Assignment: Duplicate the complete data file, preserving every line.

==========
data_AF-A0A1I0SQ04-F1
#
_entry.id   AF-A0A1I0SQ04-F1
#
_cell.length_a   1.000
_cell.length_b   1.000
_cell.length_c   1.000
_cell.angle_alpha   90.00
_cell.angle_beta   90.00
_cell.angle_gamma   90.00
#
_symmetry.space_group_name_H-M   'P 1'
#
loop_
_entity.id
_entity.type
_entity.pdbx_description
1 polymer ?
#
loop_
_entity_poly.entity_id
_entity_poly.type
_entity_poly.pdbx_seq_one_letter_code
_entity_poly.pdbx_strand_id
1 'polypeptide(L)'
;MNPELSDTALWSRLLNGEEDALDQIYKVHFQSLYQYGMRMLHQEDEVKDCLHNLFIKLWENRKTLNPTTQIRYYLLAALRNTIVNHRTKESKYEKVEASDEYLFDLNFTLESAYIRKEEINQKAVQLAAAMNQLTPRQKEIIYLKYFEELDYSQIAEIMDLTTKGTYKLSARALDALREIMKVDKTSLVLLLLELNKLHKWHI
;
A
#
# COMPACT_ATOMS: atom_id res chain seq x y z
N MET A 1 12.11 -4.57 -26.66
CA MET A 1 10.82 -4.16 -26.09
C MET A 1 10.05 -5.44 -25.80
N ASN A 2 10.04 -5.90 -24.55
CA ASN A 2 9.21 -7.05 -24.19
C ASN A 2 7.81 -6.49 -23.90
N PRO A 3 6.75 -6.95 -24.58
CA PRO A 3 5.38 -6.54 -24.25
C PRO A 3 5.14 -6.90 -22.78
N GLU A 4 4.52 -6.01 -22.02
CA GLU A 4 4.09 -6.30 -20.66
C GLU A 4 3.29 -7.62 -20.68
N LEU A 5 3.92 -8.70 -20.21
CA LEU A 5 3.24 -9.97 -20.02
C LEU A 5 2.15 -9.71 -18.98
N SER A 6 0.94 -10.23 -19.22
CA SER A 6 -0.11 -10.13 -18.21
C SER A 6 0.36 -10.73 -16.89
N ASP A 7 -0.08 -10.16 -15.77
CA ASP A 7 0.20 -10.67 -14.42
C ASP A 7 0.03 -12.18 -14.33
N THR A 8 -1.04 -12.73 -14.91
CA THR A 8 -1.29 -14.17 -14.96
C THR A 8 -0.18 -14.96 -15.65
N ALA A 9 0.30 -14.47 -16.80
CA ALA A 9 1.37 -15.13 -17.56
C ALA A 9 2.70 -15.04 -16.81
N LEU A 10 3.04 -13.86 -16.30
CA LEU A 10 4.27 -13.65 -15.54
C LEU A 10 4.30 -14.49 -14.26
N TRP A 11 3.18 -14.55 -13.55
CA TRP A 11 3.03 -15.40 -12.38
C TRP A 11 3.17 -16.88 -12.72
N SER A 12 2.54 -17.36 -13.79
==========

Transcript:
data_AF-A0A1I0SQ04-F1
#
_entry.id   AF-A0A1I0SQ04-F1
#
_cell.length_a   1.000
_cell.length_b   1.000
_cell.length_c   1.000
_cell.angle_alpha   90.00
_cell.angle_beta   90.00
_cell.angle_gamma   90.00
#
_symmetry.space_group_name_H-M   'P 1'
#
loop_
_entity.id
_entity.type
_entity.pdbx_description
1 polymer ?
#
loop_
_entity_poly.entity_id
_entity_poly.type
_entity_poly.pdbx_seq_one_letter_code
_entity_poly.pdbx_strand_id
1 'polypeptide(L)'
;MNPELSDTALWSRLLNGEEDALDQIYKVHFQSLYQYGMRMLHQEDEVKDCLHNLFIKLWENRKTLNPTTQIRYYLLAALRNTIVNHRTKESKYEKVEASDEYLFDLNFTLESAYIRKEEINQKAVQLAAAMNQLTPRQKEIIYLKYFEELDYSQIAEIMDLTTKGTYKLSARALDALREIMKVDKTSLVLLLLELNKLHKWHI
;
A
#
# COMPACT_ATOMS: atom_id res chain seq x y z
N MET A 1 12.11 -4.57 -26.66
CA MET A 1 10.82 -4.16 -26.09
C MET A 1 10.05 -5.44 -25.80
N ASN A 2 10.04 -5.90 -24.55
CA ASN A 2 9.21 -7.05 -24.19
C ASN A 2 7.81 -6.49 -23.90
N PRO A 3 6.75 -6.95 -24.58
CA PRO A 3 5.38 -6.54 -24.25
C PRO A 3 5.14 -6.90 -22.78
N GLU A 4 4.52 -6.01 -22.02
CA GLU A 4 4.09 -6.30 -20.66
C GLU A 4 3.29 -7.62 -20.68
N LEU A 5 3.92 -8.70 -20.21
CA LEU A 5 3.24 -9.97 -20.02
C LEU A 5 2.15 -9.71 -18.98
N SER A 6 0.94 -10.23 -19.22
CA SER A 6 -0.11 -10.13 -18.21
C SER A 6 0.36 -10.73 -16.89
N ASP A 7 -0.08 -10.16 -15.77
CA ASP A 7 0.20 -10.67 -14.42
C ASP A 7 0.03 -12.18 -14.33
N THR A 8 -1.04 -12.73 -14.91
CA THR A 8 -1.29 -14.17 -14.96
C THR A 8 -0.18 -14.96 -15.65
N ALA A 9 0.30 -14.47 -16.80
CA ALA A 9 1.37 -15.13 -17.56
C ALA A 9 2.70 -15.04 -16.81
N LEU A 10 3.04 -13.86 -16.30
CA LEU A 10 4.27 -13.65 -15.54
C LEU A 10 4.30 -14.49 -14.26
N TRP A 11 3.18 -14.55 -13.55
CA TRP A 11 3.03 -15.40 -12.38
C TRP A 11 3.17 -16.88 -12.72
N SER A 12 2.54 -17.36 -13.79